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The value of networking face to face not just online

In the spirit of doing something different in order to effect change I attended a ‘Get Together’ organised by Wired Sussex and took the attitude that i would be open to everything and say ‘yes’ to all. Over two hours I listened to, shared with and learnt from Neil, Gerry, Olly, Karla, Tristan, Simon, Michael … and ‘TV Simon’ as I will call him to differentiated from business managing Simon16 (number of employees). I only remember the people, what they said and names to faces as, shared with them, I did this thing of pegging a face to a place on a familiar journey – walking through the house. And so I found Carla at the front door designing jewellery, Gerry on the stairs coaching folk in life skills, Tristan enteringmy bathroom talking agile eaterfalls, Kanban abd SCRUM techniques while Simon was on the landing with our dog – his blonge haird and scruffy beard in keeping with our blonde Labradoodle perhaps? Olly was in the garden talking to John, while Neil moved away and subsequently left. These are only those I met. There is no so much to follow up on: things to do, things to research, people to get back in touch with. So here’s me making some kind of public promise to do so, including having a business card by the time of the next meet up. I own the domain name ‘Mind Bursts’ which is where I plan to seed ideas and seek ways for them to flourish and bare fruit.

Much of the conversation came from my experience of the Open University’s Master of Arts on Open and Distance Education in general (graduated in 2012) and the module H818: The Networked Practitioner that ends tomorrow having submitted End of Module Assignments last week.

Teenagers and technology

Fig.1. Letters from Iwa Jima. Clint Eastwood directed Movie.

In one of those bizarre, magic ways the brain works, last nigmt I watched the Clint Eastwood film ‘Letters from Iwo Jima’ then stayed up reading in bed (quest for a very specific paper/set of papers on teenagers/young adults, health, presription medication) while waiting for my own teenagers to come in from a concert in Brighton.

Fig.2. Last minute reading for H809 TMA01

I stumbled upon ‘Teenagers and Technology’ by Chris Davies and Rebecca Eynon.

After a chapter of this I did a One Click on Amazon and kept on reading through the next couple of chapters.

I kept reading once they got home.

My mind constructed a dream in which instead of bagging letters home from soldiers, I found myself, Japanese of course, constructing, editing and reassembling some kind of scroll or poster. I could ‘re-enter’ this dream but frankly don’t see the point – it seems self-evident. I’ll be cutting and pasting my final thoughts, possibly literally on a 6ft length of backing wall paper (I like to get away from a keyboard and screen from time to time). Reinforced by a Business School module, B822 Creativity Innovation and Change I found that ‘working with dreams’ and ‘keeping a dream diary’ are some of the tools that can be used.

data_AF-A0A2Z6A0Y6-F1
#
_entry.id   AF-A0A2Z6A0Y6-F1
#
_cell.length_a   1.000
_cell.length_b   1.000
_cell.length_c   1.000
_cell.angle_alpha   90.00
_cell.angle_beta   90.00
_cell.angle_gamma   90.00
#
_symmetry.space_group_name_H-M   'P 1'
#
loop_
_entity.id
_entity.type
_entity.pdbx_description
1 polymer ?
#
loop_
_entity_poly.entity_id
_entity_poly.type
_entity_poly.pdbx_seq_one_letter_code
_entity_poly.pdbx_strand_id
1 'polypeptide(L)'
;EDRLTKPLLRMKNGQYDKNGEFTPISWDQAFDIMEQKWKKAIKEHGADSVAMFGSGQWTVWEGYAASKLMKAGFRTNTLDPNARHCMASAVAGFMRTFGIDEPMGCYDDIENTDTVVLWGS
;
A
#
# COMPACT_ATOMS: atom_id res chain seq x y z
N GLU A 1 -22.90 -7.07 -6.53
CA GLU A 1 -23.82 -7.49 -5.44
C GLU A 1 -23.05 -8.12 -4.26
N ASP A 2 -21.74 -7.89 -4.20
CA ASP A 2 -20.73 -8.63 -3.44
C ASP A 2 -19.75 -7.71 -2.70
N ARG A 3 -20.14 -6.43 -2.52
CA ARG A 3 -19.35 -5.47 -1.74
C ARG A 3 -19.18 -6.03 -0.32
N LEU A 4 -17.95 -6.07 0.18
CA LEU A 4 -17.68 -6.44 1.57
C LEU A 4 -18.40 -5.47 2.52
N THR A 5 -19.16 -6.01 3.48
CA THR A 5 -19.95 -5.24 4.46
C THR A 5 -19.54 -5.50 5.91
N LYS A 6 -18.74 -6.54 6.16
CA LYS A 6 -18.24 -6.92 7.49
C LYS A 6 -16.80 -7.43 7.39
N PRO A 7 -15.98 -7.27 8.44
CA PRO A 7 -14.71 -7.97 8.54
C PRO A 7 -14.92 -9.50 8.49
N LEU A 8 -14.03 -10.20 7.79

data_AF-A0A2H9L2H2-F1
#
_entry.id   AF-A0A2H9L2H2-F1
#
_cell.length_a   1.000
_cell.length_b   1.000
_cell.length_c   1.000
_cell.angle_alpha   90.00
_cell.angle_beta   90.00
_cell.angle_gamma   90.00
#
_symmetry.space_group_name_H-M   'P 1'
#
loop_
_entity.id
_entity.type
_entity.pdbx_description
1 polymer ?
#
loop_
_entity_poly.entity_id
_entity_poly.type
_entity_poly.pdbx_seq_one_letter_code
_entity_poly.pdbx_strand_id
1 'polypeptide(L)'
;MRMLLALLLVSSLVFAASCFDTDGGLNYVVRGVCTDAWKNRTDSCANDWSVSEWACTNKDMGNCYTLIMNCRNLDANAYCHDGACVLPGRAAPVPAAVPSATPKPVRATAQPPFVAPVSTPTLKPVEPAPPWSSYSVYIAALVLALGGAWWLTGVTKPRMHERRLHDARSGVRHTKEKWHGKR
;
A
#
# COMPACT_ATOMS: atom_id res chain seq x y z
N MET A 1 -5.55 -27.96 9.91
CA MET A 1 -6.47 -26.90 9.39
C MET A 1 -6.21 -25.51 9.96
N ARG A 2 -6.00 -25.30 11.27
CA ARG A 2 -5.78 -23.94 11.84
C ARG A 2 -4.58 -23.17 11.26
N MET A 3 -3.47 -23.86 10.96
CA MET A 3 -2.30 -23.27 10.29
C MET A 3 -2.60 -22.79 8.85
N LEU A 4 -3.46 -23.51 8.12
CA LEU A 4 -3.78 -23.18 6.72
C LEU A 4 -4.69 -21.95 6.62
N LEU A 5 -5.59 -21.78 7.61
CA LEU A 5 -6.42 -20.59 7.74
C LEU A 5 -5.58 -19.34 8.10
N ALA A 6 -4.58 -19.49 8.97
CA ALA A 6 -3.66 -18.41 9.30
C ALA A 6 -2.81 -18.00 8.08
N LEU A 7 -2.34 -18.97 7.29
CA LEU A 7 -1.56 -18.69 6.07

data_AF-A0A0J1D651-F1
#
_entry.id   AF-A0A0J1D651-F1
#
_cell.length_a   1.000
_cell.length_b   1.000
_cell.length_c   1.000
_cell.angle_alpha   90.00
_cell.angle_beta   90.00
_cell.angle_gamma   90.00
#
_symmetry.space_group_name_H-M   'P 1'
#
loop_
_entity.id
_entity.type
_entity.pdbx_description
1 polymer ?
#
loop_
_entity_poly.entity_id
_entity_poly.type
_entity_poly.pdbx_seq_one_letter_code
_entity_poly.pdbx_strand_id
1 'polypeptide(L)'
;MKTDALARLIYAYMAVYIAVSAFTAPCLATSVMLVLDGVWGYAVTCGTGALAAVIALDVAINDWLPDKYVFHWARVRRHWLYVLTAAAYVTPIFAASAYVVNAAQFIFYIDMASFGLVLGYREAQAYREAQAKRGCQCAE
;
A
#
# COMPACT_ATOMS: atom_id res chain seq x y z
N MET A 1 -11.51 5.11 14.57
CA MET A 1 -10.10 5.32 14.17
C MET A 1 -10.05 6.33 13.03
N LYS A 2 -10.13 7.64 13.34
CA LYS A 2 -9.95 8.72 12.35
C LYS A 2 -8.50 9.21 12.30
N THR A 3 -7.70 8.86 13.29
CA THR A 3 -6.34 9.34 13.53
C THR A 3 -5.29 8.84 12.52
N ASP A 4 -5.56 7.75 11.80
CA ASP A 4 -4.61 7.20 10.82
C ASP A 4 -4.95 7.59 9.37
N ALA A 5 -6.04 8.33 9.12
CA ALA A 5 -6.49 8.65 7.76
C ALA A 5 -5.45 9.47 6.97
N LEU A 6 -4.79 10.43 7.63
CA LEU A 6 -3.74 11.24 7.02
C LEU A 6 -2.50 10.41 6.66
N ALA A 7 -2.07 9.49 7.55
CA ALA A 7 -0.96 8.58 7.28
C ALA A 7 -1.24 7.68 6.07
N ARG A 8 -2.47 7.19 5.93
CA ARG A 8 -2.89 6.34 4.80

If I wish to I could re-enter this dream over the next few months as a short cut to my subconscious.

We’ll see.

I’m not sure how you’d come up with a Harvard Reference for a dream.

Fig.3. fMRI scan – not mine, though they did me a few years ago

Perhaps in 20 years time when we can where an fMRI scanner like a pair of headphones a set of colourised images of the activity across different parts of the brain could be offered.

Dream on 🙂

Here in Lewes we shut the town centre down for a march as often as we can.

It all stems from 5th November. We had only been here a couple of months and we were enrolled in a Bonfire Society. That was 13 years ago.

The town also has a Moving on parade for all primary schools in the district, not just the town, but from outlying villages. The town centre is closed to traffic and kids, dressed up, carrying banners and whatnot on a theme, march through town and end it with a party in the Paddock – a large field, formerly part of the earthworks around the 11th century Lewes Castle.

It helps to make an occasion of something when we move on. We’re rather good at it:

  • Christenings
  • Marriage
  • Death
  • Birthdays
  • Anniversaries
  • Graduation

I’m down for Brighton or will try to enroll in Versailles for my graduation. I skipped my first nearly three decades ago. I just didn’t feel like moving on. I hadn’t felt I’d had an education to justify the fuss. My fault, not theirs. I put in the hours and came out with an OK degree but that isn’t why I’ll remember my undergraduate years.

I should mark moving on, and away from this blog. It logs, day by day, and in the background countless pages of hidden notes. It has carried me through the Masters in Open & Distance Education.

H809, my bonus track, will mark the end.

For this reason I am migrating most of the content and the journey it records to an external blog.

My Mind Bursts

From time to time I’ll post a note at the bottom of the page to say this is where it’ll be from June.

My moving on.

By May, I’ll also know if the next few years have been set up. We’ll see. I may even be back at the OU in some capacity. I rather

 

My interactive, web-based, online, offline, inline, e-learning journey to date

I entered this field in 1999/2000 and have migrated rich content from DVD to the web, and for the last three years have been studying with the OU on their MAODE while keeping up some professional activity – working in Brighton companies have a short shelf life as ideas, people, projects, software and platforms get picked up or crushed, spun around then spat out.

There’s constant agitation – on the one hand careful evolution, on the other, a desire by some to be the first with a revolution.

It all goes into the mix.

My view is that we need to feed content to tablets and smartphones and look beyond these to a headset and ear-piece.

Personally I’d like to have chips in my teeth so that I can activate a device without having to use fingers or voice 🙂

M-learning stands for mouth learning?!

The skin removed from a human body reveals a mess.

Plastination of a Ballet Dancer

The skin removed from a human body reveals a mess.

The walls removed from a business does the same. It has happened whether or not we like it, even without Wikileaks we are revealing more of ourselves than ever before.

Glass Skull by Rudat

Our minds are a mess if our sculls are made of glass: mine is, I expose and disclose and share my thougts.

Posting notes isn’t laziness, it is mess: it is ‘messy stuff’.